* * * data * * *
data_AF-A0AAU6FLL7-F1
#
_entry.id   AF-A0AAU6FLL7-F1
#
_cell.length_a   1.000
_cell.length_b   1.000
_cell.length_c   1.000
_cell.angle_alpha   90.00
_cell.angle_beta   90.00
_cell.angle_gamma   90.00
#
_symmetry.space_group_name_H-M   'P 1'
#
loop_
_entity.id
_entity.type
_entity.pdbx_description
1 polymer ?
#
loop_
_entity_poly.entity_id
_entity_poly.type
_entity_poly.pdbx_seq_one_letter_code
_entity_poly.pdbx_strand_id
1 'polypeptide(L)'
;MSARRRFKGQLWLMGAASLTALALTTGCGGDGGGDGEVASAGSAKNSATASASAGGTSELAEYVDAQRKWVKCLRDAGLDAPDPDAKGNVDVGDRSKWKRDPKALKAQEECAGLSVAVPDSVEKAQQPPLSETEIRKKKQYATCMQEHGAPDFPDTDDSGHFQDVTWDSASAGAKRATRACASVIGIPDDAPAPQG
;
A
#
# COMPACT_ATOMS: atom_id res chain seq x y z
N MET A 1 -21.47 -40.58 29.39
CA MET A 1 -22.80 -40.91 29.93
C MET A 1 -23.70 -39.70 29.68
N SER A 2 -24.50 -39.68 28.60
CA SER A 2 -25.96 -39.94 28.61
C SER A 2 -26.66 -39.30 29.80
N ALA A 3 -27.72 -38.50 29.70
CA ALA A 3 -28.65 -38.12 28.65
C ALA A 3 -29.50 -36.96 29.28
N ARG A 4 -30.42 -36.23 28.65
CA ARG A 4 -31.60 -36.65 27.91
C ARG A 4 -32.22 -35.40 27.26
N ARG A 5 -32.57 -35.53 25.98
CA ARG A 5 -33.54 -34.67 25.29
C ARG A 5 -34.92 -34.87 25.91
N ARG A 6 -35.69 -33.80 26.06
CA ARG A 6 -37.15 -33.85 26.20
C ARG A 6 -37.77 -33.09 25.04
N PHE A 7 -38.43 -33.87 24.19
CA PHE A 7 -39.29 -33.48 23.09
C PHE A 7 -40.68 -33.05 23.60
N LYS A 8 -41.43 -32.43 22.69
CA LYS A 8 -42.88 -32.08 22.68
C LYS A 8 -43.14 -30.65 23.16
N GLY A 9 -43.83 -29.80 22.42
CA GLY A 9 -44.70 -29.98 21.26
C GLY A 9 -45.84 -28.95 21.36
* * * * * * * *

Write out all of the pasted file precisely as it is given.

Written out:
data_AF-A0AAU6FLL7-F1
#
_entry.id   AF-A0AAU6FLL7-F1
#
_cell.length_a   1.000
_cell.length_b   1.000
_cell.length_c   1.000
_cell.angle_alpha   90.00
_cell.angle_beta   90.00
_cell.angle_gamma   90.00
#
_symmetry.space_group_name_H-M   'P 1'
#
loop_
_entity.id
_entity.type
_entity.pdbx_description
1 polymer ?
#
loop_
_entity_poly.entity_id
_entity_poly.type
_entity_poly.pdbx_seq_one_letter_code
_entity_poly.pdbx_strand_id
1 'polypeptide(L)'
;MSARRRFKGQLWLMGAASLTALALTTGCGGDGGGDGEVASAGSAKNSATASASAGGTSELAEYVDAQRKWVKCLRDAGLDAPDPDAKGNVDVGDRSKWKRDPKALKAQEECAGLSVAVPDSVEKAQQPPLSETEIRKKKQYATCMQEHGAPDFPDTDDSGHFQDVTWDSASAGAKRATRACASVIGIPDDAPAPQG
;
A
#
# COMPACT_ATOMS: atom_id res chain seq x y z
N MET A 1 -21.47 -40.58 29.39
CA MET A 1 -22.80 -40.91 29.93
C MET A 1 -23.70 -39.70 29.68
N SER A 2 -24.50 -39.68 28.60
CA SER A 2 -25.96 -39.94 28.61
C SER A 2 -26.66 -39.30 29.80
N ALA A 3 -27.72 -38.50 29.70
CA ALA A 3 -28.65 -38.12 28.65
C ALA A 3 -29.50 -36.96 29.28
N ARG A 4 -30.42 -36.23 28.65
CA ARG A 4 -31.60 -36.65 27.91
C ARG A 4 -32.22 -35.40 27.26
N ARG A 5 -32.57 -35.53 25.98
CA ARG A 5 -33.54 -34.67 25.29
C ARG A 5 -34.92 -34.87 25.91
N ARG A 6 -35.69 -33.80 26.06
CA ARG A 6 -37.15 -33.85 26.20
C ARG A 6 -37.77 -33.09 25.04
N PHE A 7 -38.43 -33.87 24.19
CA PHE A 7 -39.29 -33.48 23.09
C PHE A 7 -40.68 -33.05 23.60
N LYS A 8 -41.43 -32.43 22.69
CA LYS A 8 -42.88 -32.08 22.68
C LYS A 8 -43.14 -30.65 23.16
N GLY A 9 -43.83 -29.80 22.42
CA GLY A 9 -44.70 -29.98 21.26
C GLY A 9 -45.84 -28.95 21.36